So to dance to his music use Staccato steps, often ignoring the music that's going on over the beat, especially when it goes into flurries.
Or basically you move in a mainly Staccato way but depending on the music it can become a bit more flowing eg you can hear the music shift to more flowing at 30s and see the corresponding change in the dancing.
"Oh boy..." ~ Sam Beckett
It's easy to think of him as a manic D'Arienzo.
So pretty much Troilo's bright red.
His faster rhythm causes the Staccato moves to begin to be smoothed out to be a bit more even throughout and a bit less Staccato especially in doubletime walks and giros. There's some small flurries which again you pretty much ignore and some Flowing which again is usually dominated by the rhythm.
"He has no thoughts at all. It's as if his mind were empty."
"Ah, you seek meaning. Then listen to the music, not the song." ~ Talia and Kosh, Babylon 5
Again covered in the previous article as Stillness. He pretty much abandons the rhythm except for bits here and there and instead concentrates on flurries of notes.
Lots of blue with a smattering of red and yellow = Pretty much deep blue
Dance like Gavito, very slowly savouring the movements and pauses occasionally broken by small walks / steps to the rhythm when it appears.
"Smooth as a baby's bottom"
Again covered in the previous article as Flowing. There's a gentle, slow rhythm and flowing notes.
So Flowing with a bit of rhythm to keep it grounded
Blue + red = purple again like Canaro, but this time it's more a deep blue purple.
Reminds me of dancing Villa Urquiza, long and elegant walks, pauses, pivots, giros.
"You're doing what with the who now?" ~ Homer Simpson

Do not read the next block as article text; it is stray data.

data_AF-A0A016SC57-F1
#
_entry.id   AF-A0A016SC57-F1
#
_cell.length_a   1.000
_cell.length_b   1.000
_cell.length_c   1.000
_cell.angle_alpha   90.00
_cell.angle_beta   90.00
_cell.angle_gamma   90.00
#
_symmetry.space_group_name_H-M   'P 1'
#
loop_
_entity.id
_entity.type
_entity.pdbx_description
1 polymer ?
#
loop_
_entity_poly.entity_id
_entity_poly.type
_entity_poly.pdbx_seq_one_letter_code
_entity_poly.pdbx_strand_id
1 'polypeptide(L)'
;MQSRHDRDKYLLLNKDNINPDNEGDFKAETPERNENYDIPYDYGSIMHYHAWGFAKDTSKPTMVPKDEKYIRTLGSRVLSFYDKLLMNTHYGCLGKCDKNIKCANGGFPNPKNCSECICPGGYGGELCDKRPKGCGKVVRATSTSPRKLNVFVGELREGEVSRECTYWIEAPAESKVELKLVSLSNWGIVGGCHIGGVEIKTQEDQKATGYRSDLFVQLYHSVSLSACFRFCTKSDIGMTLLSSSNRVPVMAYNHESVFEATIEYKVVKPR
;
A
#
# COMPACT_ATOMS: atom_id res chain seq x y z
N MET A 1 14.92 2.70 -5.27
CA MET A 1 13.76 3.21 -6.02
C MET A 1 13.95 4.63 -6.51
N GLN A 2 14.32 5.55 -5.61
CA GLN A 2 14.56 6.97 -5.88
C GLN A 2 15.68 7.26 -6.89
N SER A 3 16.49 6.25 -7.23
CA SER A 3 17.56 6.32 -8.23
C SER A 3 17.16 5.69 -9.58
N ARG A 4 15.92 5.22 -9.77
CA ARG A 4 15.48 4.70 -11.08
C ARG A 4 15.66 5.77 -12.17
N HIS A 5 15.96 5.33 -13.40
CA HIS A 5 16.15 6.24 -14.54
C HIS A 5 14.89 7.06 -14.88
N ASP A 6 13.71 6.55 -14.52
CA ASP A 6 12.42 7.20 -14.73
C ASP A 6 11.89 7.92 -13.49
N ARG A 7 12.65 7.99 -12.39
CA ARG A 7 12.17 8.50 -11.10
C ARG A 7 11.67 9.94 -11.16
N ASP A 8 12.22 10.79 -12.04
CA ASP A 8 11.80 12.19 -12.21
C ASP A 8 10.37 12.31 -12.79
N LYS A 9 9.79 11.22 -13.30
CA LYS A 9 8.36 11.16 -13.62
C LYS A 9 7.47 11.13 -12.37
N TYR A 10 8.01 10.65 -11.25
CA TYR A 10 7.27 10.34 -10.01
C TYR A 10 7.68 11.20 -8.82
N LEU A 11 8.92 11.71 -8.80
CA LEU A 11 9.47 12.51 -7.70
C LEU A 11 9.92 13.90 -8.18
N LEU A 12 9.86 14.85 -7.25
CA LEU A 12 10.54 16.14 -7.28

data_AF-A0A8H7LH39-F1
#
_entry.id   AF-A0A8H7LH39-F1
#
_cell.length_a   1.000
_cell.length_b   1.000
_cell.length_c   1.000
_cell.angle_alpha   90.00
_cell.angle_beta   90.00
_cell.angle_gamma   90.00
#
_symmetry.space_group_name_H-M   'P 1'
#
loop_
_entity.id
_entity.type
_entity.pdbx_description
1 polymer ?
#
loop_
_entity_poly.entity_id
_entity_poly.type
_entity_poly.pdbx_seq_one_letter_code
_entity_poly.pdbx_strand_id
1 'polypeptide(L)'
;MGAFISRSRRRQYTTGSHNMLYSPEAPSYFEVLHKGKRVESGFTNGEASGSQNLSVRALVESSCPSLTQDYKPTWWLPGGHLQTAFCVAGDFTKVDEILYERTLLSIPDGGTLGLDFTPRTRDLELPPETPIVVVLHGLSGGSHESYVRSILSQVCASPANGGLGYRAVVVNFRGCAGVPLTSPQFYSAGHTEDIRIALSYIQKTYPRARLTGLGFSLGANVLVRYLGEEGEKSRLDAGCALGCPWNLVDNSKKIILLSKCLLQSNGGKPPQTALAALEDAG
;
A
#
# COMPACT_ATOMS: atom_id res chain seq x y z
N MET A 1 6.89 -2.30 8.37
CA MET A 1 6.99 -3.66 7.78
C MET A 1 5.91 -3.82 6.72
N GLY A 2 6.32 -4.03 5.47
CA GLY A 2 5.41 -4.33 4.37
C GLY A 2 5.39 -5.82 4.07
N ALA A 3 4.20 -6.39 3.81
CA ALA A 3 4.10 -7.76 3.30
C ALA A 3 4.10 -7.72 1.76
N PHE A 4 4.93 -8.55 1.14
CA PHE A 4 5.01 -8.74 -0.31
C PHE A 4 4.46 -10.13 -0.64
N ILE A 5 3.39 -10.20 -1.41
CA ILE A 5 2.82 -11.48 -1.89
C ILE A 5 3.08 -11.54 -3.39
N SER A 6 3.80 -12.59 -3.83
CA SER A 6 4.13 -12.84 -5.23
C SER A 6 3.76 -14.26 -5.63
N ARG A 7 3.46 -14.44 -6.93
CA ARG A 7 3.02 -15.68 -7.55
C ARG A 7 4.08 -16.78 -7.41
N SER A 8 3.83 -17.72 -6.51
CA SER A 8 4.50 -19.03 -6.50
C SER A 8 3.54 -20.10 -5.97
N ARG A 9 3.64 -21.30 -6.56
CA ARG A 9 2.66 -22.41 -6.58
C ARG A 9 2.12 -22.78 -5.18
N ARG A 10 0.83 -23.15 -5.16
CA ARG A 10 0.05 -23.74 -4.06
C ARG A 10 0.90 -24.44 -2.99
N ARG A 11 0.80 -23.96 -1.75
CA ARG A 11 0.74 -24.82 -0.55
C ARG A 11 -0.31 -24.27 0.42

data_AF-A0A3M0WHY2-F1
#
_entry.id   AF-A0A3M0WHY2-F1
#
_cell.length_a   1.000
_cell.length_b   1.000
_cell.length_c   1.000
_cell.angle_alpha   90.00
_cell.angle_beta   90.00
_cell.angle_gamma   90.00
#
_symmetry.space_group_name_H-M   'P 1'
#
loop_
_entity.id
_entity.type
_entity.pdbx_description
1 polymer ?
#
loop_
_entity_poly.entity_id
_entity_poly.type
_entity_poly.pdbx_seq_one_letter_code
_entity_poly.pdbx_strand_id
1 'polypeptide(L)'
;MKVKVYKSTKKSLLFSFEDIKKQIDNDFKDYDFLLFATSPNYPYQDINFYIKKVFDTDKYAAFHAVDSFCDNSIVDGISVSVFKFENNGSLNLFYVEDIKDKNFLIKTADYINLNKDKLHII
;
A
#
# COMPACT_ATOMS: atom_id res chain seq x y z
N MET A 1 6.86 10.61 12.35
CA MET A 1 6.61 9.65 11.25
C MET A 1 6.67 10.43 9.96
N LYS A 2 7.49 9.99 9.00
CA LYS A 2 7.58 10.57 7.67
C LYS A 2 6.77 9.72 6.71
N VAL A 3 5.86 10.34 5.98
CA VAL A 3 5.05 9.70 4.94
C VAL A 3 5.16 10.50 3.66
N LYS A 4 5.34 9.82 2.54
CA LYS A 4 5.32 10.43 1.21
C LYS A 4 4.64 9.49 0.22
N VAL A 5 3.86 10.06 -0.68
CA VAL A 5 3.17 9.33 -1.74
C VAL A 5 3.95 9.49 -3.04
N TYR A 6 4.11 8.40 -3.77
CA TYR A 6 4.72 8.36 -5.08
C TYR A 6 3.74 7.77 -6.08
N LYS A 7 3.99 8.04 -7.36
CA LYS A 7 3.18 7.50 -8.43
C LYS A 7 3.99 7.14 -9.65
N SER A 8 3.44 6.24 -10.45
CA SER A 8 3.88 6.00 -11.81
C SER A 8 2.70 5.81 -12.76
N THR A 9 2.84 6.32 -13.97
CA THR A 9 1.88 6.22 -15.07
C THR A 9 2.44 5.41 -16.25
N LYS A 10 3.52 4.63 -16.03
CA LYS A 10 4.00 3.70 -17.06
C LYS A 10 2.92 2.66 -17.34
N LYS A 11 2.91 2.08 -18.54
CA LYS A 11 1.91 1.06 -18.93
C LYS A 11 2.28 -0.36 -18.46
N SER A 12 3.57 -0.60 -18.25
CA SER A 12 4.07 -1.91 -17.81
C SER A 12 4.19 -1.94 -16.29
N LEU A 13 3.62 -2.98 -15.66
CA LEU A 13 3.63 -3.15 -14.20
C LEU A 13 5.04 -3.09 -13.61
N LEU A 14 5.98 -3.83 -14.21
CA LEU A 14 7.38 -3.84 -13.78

Very rhythmic with steady beats, but also lots of accents on the off-beats as well as flurries and long notes.
Pretty much a bit of everything.
Blue + yellow + red = brown.
It's similar to dancing to Canaro, but the off-beat accents make it feel a bit weird frankly. There are places for the melody to be danced to, but then the rhythm kicks back in and takes over again. Apart from the off-beats it's almost "neutral" tango.
You'll have to click on this link to see this, but it's well worth it
Here's some advice on dancing to Biagi
From Homer (the other Homer)
And Amy Zheng
"And all that jazz"
Just lyrical / flowing / jazzy, with not much actual rhythm, but much calmer than Pugliese.
Blue + yellow + a little red = a dark green
Again dance like Gavito but there's more notes that you can reasonably step on now.
"From one thing, know everything" ~ Miyamoto Musashi
I've said this several times, but it bears repeating - all those variations are just coming from 3 possibilities. It would be a nightmare to try and name all the colours (just look at the names on tubes of artist's paint if you don't believe me, or ask a chemist about all the different reds in the flame test).
But knowing how to mix them from the three primary colours is something you can teach to schoolchildren. There's an obvious parallel with elements and sequences.
There's no way you can memorise every single sequence - you couldn't even dance them all in a lifetime. But you can learn how to do the elements that make them up well and how to combine them.
"Take it easy on yourself" ~ Don Williams
I also wouldn't try to do this in one go overnight. Hopefully the concept is simple enough and will let you break down tango music into something more easy to understand. But sorting out what's going on with the music may take a while to get your brain and body around.
Plus eventually you'll have to do this at the same time as leading, floorcraft etc.
Take your time, get the foundations right and it'll serve you well in the long run.
Joaquin Amneabar pointed out that when people talk about a particular orchestra they're really talking about a particular period when it produced its best output or the output that's usually played.
So if you listen to the same orchestra's output from another time when another kind of sound was fashionable or useful depending on who was dancing, it may sound quite different, and if you listen to a different orchestra's output from the same time it may sound rather similar. Although there's some overlap, I've listed the above orchestras in chronlogical order and given typical examples of each.
- Christopher O' Shea, 21st September 2010